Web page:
URBANA – As gardeners trend toward more natural ways to grow small fruits and vegetables, both in the backyard and at community garden plots where traditional control products may not be allowed, insect predators can be of use, said University of Illinois Extension horticulture educator Richard Hentschel.
“There are a number of predator insects that can help us control the destructive ones,” said Hentschel. “The commonly known ones include several versions of the lady beetle. Both the adults and larvae feed on aphids. Ground beetles also feed on both adults and larvae of destructive insects such as root maggots, snails, slugs, caterpillars, and weed seeds.
“Other lesser known predators are pirate bugs, damsel bug nymphs, and assassin bugs,” he added. “These three feed on soft bodied insects that damage our plants. Lacewing larvae feed mainly on aphids mainly whereas the adults also use nectar and pollen as food besides feeding on aphids.”
Another group of predators, not officially an insect, but an insect relative, includes spiders. All spiders do not necessarily build a typical web, Hentschel said. Those are the orb weavers, catching their prey in the web itself.
Other spiders include wolf spiders, preying on insects that move along the ground. Also included are jumping spiders, who get their name by how they attack their prey. These spiders stalk and then pounce on prey. Crab spiders will usually sit quietly waiting for prey to walk by and then reach out with their strong legs and make the capture. They can walk sideways and resemble crabs in that way, Hentschel explained.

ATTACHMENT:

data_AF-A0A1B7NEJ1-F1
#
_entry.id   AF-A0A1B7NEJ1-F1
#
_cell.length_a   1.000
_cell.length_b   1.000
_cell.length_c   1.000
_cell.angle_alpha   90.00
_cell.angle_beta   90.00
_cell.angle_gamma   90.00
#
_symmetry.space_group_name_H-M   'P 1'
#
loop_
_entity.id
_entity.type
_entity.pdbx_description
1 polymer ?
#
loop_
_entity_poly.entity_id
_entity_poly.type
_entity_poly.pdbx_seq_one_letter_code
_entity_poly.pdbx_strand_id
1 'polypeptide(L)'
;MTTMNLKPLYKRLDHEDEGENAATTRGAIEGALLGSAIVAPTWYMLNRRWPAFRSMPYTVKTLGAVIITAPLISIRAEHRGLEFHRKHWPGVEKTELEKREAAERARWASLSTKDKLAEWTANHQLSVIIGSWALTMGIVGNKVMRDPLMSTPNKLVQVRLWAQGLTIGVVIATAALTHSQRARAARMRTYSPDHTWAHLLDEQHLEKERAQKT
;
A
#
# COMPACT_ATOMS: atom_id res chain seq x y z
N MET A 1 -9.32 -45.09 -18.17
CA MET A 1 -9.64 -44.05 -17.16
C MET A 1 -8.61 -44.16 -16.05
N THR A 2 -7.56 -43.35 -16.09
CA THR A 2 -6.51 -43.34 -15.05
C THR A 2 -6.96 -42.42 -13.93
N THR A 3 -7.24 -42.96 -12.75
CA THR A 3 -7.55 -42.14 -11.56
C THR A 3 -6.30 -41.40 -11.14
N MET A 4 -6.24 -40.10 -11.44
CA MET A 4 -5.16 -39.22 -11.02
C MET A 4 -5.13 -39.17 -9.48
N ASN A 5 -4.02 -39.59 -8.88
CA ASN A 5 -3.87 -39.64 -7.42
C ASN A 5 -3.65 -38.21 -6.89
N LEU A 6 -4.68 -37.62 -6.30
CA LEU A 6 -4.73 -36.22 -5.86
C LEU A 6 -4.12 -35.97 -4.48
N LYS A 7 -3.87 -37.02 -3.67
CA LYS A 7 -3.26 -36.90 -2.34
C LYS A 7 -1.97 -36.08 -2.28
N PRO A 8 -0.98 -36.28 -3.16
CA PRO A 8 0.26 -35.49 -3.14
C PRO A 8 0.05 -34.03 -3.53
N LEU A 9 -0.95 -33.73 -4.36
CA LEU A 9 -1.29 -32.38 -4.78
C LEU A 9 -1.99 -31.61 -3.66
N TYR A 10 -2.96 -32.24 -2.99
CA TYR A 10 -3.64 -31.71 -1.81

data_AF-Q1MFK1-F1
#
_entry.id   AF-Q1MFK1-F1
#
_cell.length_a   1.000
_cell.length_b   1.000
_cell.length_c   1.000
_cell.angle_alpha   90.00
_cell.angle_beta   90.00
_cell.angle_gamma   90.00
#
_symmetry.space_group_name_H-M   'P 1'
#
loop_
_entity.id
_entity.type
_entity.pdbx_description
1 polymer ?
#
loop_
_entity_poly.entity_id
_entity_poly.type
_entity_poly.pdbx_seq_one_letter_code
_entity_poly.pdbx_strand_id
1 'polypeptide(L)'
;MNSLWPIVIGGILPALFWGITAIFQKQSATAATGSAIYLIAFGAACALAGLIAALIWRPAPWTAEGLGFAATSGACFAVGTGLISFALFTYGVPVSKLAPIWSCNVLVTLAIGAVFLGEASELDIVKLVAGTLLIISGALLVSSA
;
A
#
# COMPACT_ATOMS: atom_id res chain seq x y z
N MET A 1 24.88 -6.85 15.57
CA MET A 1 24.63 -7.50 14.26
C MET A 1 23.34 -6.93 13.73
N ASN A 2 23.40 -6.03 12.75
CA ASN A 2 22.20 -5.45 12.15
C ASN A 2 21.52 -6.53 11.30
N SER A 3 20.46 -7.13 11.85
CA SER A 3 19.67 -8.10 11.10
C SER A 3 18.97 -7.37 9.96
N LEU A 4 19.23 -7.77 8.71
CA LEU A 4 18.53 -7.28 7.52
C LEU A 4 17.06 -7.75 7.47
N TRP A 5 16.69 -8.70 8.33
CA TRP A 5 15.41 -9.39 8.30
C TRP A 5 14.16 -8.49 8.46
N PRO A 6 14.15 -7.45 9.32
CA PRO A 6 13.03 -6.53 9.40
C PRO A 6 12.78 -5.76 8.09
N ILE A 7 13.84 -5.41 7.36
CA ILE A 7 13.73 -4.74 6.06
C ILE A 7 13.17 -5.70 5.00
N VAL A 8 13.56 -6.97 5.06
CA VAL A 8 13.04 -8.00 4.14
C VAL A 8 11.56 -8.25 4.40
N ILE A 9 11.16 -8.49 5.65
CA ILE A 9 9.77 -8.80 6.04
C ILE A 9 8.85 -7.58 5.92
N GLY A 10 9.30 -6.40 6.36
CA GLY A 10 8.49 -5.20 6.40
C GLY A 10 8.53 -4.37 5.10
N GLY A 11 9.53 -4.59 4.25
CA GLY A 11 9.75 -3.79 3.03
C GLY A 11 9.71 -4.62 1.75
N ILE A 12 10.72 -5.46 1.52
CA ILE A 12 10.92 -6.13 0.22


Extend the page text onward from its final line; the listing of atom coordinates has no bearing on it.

“Spiders can be found throughout the backyard and in undisturbed areas,” he said. “They do not necessarily need a favored plant but a favorable environment.”
According to Hentschel, another insect that is often referred to, but is not as helpful, is the praying mantis. “This is a very interesting insect to watch, yet is not one of the better predators for the garden.”
Although predator insects, such as the lady beetle, can be purchased by mail ordrepared to apply a timely rescue treatment,” he said.
Gray added that to date, there is no evidence of field-level resistance development by European corn borers to Bt hybrids.
“This is a remarkable success story nearly 20 years after the commercial release (1996) of Bt hybrids aimed at this insect,” Gray said.